Dasatinib: May increase the serum concentration of CYP3A4 Substrates. Monitor therapy

Fosaprepitant: May increase the serum concentration of CYP3A4 Substrates. Monitor therapy

Fusidic Acid (Systemic): May increase the serum concentration of CYP3A4 Substrates. Avoid combination

Idelalisib: May increase the serum concentration of CYP3A4 Substrates. Avoid combination

Ivacaftor: May increase the serum concentration of CYP3A4 Substrates. Monitor therapy

Luliconazole: May increase the serum concentration of CYP3A4 Substrates. Monitor therapy

Methotrexate: Alitretinoin (Systemic) may enhance the hepatotoxic effect of Methotrexate. Monitor therapy

MiFEPRIStone: May increase the serum concentration of CYP3A4 Substrates. Management: Minimize doses of CYP3A4 substrates, and monitor for increased concentrations/toxicity, during and 2 weeks following treatment with mifepristone. Avoid cyclosporine, dihydroergotamine, ergotamine, fentanyl, pimozide, quinidine, sirolimus, and tacrolimus. Consider therapy modification

Multivitamins/Fluoride (with ADE): May enhance the adverse/toxic effect of Retinoic Acid Derivatives. Avoid combination

Multivitamins/Minerals (with ADEK, Folate, Iron): May enhance the adverse/toxic effect of Retinoic Acid Derivatives. Avoid combination

Multivitamins/Minerals (with AE, No Iron): May enhance the adverse/toxic effect of Retinoic Acid Derivatives. Avoid combination

Netupitant: May increase the serum concentration of CYP3A4 Substrates. Monitor therapy

Palbociclib: May increase the serum concentration of CYP3A4 Substrates. Monitor therapy

Porfimer: Photosensitizing Agents may enhance the photosensitizing effect of Porfimer. Monitor therapy

Simeprevir: May increase the serum concentration of CYP3A4 Substrates. Monitor therapy

Stiripentol: May increase the serum concentration of CYP3A4 Substrates. Management: Use of stiripentol with CYP3A4 substrates that are considered to have a narrow therapeutic index should be avoided due to the increased risk for adverse effects and toxicity. Any CYP3A4 substrate used with stiripentol requires closer monitoring. Consider therapy modification

Tetracycline Derivatives: May enhance the adverse/toxic effect of Retinoic Acid Derivatives. The development of pseudotumor cerebri is of particular concern. Avoid combination

Verteporfin: Photosensitizing Agents may enhance the photosensitizing effect of Verteporfin. Monitor therapy

Vitamin A: May enhance the adverse/toxic effect of Retinoic Acid Derivatives. Avoid combination

Adverse Reactions

>10%:

Central nervous system: Headache (11% to 22%)

Endocrine & metabolic: Increased LDL cholesterol (>10%)

1% to 10%:

Cardiovascular: Flushing (2% to 6%), hypertension (1% to 2%)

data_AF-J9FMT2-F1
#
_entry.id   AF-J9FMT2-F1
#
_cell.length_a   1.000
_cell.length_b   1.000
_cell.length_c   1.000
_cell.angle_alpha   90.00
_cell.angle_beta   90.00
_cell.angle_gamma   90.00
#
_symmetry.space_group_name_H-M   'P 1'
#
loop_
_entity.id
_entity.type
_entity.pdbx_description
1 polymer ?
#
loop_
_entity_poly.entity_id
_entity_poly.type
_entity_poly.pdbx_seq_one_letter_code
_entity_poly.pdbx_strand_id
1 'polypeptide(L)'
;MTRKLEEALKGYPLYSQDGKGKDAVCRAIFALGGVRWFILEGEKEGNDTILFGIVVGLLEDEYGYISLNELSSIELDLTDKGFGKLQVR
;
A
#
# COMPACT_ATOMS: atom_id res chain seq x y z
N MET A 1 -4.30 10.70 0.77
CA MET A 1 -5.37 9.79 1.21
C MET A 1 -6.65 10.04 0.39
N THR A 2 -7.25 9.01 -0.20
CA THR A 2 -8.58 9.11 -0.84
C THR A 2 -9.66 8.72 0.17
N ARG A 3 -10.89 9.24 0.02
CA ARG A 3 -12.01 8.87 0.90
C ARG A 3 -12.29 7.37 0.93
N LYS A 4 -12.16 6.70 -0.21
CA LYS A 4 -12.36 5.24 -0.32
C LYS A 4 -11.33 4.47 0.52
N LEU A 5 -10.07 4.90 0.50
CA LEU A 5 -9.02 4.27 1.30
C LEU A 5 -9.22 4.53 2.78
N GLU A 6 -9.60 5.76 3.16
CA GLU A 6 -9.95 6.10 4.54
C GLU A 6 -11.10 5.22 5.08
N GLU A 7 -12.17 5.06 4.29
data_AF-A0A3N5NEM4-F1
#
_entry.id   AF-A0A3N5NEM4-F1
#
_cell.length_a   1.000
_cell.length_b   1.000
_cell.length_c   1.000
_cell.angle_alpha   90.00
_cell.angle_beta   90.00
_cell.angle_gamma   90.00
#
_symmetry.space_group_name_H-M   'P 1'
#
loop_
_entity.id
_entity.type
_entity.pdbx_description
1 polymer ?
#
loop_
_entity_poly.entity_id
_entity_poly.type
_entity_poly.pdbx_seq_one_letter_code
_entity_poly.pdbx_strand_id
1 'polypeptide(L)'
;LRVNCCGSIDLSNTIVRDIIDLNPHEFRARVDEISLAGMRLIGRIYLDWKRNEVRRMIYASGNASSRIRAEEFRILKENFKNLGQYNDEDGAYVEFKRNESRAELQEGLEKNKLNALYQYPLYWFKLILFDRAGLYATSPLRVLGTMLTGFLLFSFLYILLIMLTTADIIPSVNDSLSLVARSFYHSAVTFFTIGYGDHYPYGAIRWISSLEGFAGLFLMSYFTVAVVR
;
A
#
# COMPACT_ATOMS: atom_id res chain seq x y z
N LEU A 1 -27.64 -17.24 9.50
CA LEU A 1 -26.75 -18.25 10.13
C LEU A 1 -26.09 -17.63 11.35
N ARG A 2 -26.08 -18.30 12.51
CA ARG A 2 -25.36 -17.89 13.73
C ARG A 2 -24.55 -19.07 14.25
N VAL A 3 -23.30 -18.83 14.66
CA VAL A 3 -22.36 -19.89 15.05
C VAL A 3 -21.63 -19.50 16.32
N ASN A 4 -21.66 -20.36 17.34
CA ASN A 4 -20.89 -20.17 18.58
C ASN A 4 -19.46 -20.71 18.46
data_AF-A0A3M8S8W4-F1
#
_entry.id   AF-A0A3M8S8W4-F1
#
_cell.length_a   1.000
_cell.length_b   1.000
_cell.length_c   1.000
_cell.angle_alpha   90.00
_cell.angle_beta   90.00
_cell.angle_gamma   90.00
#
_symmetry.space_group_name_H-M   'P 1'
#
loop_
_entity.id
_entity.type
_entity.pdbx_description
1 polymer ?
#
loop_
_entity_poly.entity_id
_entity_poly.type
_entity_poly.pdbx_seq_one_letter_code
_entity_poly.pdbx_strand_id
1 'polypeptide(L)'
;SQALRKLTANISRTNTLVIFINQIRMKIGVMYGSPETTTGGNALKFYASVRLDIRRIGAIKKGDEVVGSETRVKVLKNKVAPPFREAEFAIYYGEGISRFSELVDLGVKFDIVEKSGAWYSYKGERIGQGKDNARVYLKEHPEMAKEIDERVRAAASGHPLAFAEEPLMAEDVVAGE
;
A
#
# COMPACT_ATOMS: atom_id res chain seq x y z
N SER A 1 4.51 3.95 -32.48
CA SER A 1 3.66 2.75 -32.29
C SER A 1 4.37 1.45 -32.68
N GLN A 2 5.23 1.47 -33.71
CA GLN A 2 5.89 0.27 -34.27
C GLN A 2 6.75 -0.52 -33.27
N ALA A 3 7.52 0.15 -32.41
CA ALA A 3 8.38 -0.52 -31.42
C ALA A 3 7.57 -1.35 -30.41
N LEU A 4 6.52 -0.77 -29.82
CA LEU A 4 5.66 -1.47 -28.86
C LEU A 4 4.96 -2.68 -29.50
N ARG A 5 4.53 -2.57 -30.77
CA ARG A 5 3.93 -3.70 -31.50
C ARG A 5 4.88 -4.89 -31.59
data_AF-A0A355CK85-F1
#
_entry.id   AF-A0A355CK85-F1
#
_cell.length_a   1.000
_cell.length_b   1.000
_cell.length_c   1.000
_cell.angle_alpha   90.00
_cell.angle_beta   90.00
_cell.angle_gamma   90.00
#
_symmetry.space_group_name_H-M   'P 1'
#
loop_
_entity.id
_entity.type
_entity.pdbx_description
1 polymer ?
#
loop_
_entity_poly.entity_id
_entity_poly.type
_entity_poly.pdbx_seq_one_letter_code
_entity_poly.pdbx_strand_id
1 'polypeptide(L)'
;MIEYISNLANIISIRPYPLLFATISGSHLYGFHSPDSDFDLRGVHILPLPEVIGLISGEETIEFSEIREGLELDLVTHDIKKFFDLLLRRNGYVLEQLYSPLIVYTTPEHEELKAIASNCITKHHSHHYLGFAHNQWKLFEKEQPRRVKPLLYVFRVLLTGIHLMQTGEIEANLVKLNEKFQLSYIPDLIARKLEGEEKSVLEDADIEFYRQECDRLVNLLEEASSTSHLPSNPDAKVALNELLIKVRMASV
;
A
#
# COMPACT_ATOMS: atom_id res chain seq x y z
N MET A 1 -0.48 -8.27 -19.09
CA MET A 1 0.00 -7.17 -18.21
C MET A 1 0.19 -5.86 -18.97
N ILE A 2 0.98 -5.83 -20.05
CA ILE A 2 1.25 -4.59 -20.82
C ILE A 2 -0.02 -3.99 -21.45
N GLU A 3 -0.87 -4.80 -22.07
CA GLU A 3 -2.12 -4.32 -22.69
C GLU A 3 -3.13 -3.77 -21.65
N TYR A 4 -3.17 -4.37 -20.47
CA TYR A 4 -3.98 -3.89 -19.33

Central nervous system: Depression (3%), dizziness (2%)

Dermatologic: Erythema (2% to 7%), cheilosis (4% to 6%), xeroderma (3%), cheilitis (2%), alopecia (≤2%)

Endocrine & metabolic: Decreased HDL cholesterol (5% to 10%), hypercholesterolemia (1% to 10%), increased serum triglycerides (1% to 10%), decreased serum iron (1% to 5%), high total iron binding capacity (1% to 5%), weight gain (1%), hot flash (≤1%)

Gastrointestinal: Nausea (3%), xerostomia (3%), dyspepsia (1%), upper abdominal pain (1%), vomiting (1%)

Hematologic & oncologic: Reticulocytopenia (1% to 5%)

Infection: Influenza (2%)

Neuromuscular & skeletal: Increased creatine phosphokinase (2% to 3%), arthralgia (2%), back pain (2%)

Ophthalmic: Dry eye syndrome (2% to 3%), conjunctivitis (2%), abnormal sensation in eyes (≤1%)

Respiratory: Nasopharyngitis (6%), pharyngitis (1%)

<1% (Limited to important or life-threatening): Aggressive behavior, ankylosing spondylitis, anxiety, blurred vision, cataract, decreased hematocrit, decreased hemoglobin, decreased red blood cells, decreased thyroid hormones (TSH and T4, reversible), epistaxis, exfoliation of skin, exostosis, mood changes, nocturnal amblyopia, pseudotumor cerebri, psychotic symptoms, reduced fertility (male), skin rash, suicidal ideation, suicidal tendencies, vasculitis

Warnings/Precautions

Concerns related to adverse effects:

• Dermatologic effects: Retinoids enhance the effects of ultraviolet (UV) light; avoid excessive exposure to sunlight or sun lamp. Instruct patients to apply sun protectant (≥15 SPF), skin moisturizers, and lip balm when necessary.

• Hepatic effects: Transient and reversible transaminase elevations have been observed with systemic retinoids; consider dose reduction or discontinuation of therapy for persistent clinically relevant effects.

• Hypercholesterolemia/hypertriglyceridemia: Associated with hypercholesterolemia and hypertriglyceridemia; discontinue use for uncontrollable hypertriglyceridemia. Obese patients or patients with increased alcohol use, diabetes mellitus, or a family history of hypertriglyceridemia may be at an increased risk of developing hypertriglyceridemia. Patients at high risk for cardiac events should be monitored closely.

• Hypersensitivity: Hypersensitivity reactions (eg, anaphylaxis, allergic cutaneous reactions, allergic vasculitis) have been reported rarely. Interrupt therapy for severe allergic reactions and treat as indicated.